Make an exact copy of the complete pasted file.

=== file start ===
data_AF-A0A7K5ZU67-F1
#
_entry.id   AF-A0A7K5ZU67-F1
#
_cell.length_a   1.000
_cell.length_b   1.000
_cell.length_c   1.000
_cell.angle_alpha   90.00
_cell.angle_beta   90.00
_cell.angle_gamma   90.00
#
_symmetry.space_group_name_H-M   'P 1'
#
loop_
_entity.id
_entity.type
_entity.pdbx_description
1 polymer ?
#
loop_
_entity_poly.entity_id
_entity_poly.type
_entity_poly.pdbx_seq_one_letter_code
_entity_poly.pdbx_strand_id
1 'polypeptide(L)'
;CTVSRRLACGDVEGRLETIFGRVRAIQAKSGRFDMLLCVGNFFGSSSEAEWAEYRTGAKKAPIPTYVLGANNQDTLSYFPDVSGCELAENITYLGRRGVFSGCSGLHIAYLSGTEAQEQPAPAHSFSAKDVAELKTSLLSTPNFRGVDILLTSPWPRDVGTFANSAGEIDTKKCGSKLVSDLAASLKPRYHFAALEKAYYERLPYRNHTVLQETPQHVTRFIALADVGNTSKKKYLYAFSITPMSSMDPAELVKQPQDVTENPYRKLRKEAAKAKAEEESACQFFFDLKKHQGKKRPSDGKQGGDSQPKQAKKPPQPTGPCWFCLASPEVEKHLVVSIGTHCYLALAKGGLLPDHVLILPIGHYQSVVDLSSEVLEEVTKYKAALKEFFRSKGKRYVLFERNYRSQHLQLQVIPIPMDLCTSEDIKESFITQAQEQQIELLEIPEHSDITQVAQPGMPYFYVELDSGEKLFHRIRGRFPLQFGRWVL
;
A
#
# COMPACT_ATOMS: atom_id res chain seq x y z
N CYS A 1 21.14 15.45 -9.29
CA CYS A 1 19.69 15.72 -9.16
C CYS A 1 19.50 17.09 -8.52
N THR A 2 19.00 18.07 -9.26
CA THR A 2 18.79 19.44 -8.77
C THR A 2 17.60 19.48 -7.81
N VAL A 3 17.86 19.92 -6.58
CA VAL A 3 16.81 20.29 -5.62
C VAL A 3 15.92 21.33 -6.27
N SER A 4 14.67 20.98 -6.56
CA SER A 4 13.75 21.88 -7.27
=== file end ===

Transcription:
data_AF-A0A7K5ZU67-F1
#
_entry.id   AF-A0A7K5ZU67-F1
#
_cell.length_a   1.000
_cell.length_b   1.000
_cell.length_c   1.000
_cell.angle_alpha   90.00
_cell.angle_beta   90.00
_cell.angle_gamma   90.00
#
_symmetry.space_group_name_H-M   'P 1'
#
loop_
_entity.id
_entity.type
_entity.pdbx_description
1 polymer ?
#
loop_
_entity_poly.entity_id
_entity_poly.type
_entity_poly.pdbx_seq_one_letter_code
_entity_poly.pdbx_strand_id
1 'polypeptide(L)'
;CTVSRRLACGDVEGRLETIFGRVRAIQAKSGRFDMLLCVGNFFGSSSEAEWAEYRTGAKKAPIPTYVLGANNQDTLSYFPDVSGCELAENITYLGRRGVFSGCSGLHIAYLSGTEAQEQPAPAHSFSAKDVAELKTSLLSTPNFRGVDILLTSPWPRDVGTFANSAGEIDTKKCGSKLVSDLAASLKPRYHFAALEKAYYERLPYRNHTVLQETPQHVTRFIALADVGNTSKKKYLYAFSITPMSSMDPAELVKQPQDVTENPYRKLRKEAAKAKAEEESACQFFFDLKKHQGKKRPSDGKQGGDSQPKQAKKPPQPTGPCWFCLASPEVEKHLVVSIGTHCYLALAKGGLLPDHVLILPIGHYQSVVDLSSEVLEEVTKYKAALKEFFRSKGKRYVLFERNYRSQHLQLQVIPIPMDLCTSEDIKESFITQAQEQQIELLEIPEHSDITQVAQPGMPYFYVELDSGEKLFHRIRGRFPLQFGRWVL
;
A
#
# COMPACT_ATOMS: atom_id res chain seq x y z
N CYS A 1 21.14 15.45 -9.29
CA CYS A 1 19.69 15.72 -9.16
C CYS A 1 19.50 17.09 -8.52
N THR A 2 19.00 18.07 -9.26
CA THR A 2 18.79 19.44 -8.77
C THR A 2 17.60 19.48 -7.81
N VAL A 3 17.86 19.92 -6.58
CA VAL A 3 16.81 20.29 -5.62
C VAL A 3 15.92 21.33 -6.27
N SER A 4 14.67 20.98 -6.56
CA SER A 4 13.75 21.88 -7.27